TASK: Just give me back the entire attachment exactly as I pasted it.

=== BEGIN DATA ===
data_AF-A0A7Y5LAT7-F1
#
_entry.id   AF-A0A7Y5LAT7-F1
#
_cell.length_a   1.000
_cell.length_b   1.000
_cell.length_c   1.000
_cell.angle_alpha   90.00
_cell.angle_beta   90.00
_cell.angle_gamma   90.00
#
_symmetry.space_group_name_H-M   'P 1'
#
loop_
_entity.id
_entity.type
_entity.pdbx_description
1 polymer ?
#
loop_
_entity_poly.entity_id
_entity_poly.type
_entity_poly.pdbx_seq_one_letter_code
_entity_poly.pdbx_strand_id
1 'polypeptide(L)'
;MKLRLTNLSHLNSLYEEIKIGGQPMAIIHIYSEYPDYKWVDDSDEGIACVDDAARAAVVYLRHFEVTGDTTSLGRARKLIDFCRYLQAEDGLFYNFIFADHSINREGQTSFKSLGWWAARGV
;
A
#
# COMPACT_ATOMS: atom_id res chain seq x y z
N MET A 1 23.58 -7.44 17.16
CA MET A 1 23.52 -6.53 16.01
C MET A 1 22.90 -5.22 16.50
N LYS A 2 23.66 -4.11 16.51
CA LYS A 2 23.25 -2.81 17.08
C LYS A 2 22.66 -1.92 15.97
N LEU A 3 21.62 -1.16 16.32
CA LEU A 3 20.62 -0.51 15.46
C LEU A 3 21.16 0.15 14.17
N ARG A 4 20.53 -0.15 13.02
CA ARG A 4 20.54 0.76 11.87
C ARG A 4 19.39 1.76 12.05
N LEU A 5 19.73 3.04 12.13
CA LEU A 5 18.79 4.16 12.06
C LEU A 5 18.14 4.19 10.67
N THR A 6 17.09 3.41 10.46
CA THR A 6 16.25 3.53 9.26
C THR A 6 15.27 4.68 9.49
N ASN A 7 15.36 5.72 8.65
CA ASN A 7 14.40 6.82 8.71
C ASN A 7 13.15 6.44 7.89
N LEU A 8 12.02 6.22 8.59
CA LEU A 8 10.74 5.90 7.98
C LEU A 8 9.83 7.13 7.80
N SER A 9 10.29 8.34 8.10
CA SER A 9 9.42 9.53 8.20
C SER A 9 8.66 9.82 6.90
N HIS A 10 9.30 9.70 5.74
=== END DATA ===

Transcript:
data_AF-A0A7Y5LAT7-F1
#
_entry.id   AF-A0A7Y5LAT7-F1
#
_cell.length_a   1.000
_cell.length_b   1.000
_cell.length_c   1.000
_cell.angle_alpha   90.00
_cell.angle_beta   90.00
_cell.angle_gamma   90.00
#
_symmetry.space_group_name_H-M   'P 1'
#
loop_
_entity.id
_entity.type
_entity.pdbx_description
1 polymer ?
#
loop_
_entity_poly.entity_id
_entity_poly.type
_entity_poly.pdbx_seq_one_letter_code
_entity_poly.pdbx_strand_id
1 'polypeptide(L)'
;MKLRLTNLSHLNSLYEEIKIGGQPMAIIHIYSEYPDYKWVDDSDEGIACVDDAARAAVVYLRHFEVTGDTTSLGRARKLIDFCRYLQAEDGLFYNFIFADHSINREGQTSFKSLGWWAARGV
;
A
#
# COMPACT_ATOMS: atom_id res chain seq x y z
N MET A 1 23.58 -7.44 17.16
CA MET A 1 23.52 -6.53 16.01
C MET A 1 22.90 -5.22 16.50
N LYS A 2 23.66 -4.11 16.51
CA LYS A 2 23.25 -2.81 17.08
C LYS A 2 22.66 -1.92 15.97
N LEU A 3 21.62 -1.16 16.32
CA LEU A 3 20.62 -0.51 15.46
C LEU A 3 21.16 0.15 14.17
N ARG A 4 20.53 -0.15 13.02
CA ARG A 4 20.54 0.76 11.87
C ARG A 4 19.39 1.76 12.05
N LEU A 5 19.73 3.04 12.13
CA LEU A 5 18.79 4.16 12.06
C LEU A 5 18.14 4.19 10.67
N THR A 6 17.09 3.41 10.46
CA THR A 6 16.25 3.53 9.26
C THR A 6 15.27 4.68 9.49
N ASN A 7 15.36 5.72 8.65
CA ASN A 7 14.40 6.82 8.71
C ASN A 7 13.15 6.44 7.89
N LEU A 8 12.02 6.22 8.59
CA LEU A 8 10.74 5.90 7.98
C LEU A 8 9.83 7.13 7.80
N SER A 9 10.29 8.34 8.10
CA SER A 9 9.42 9.53 8.20
C SER A 9 8.66 9.82 6.90
N HIS A 10 9.30 9.70 5.74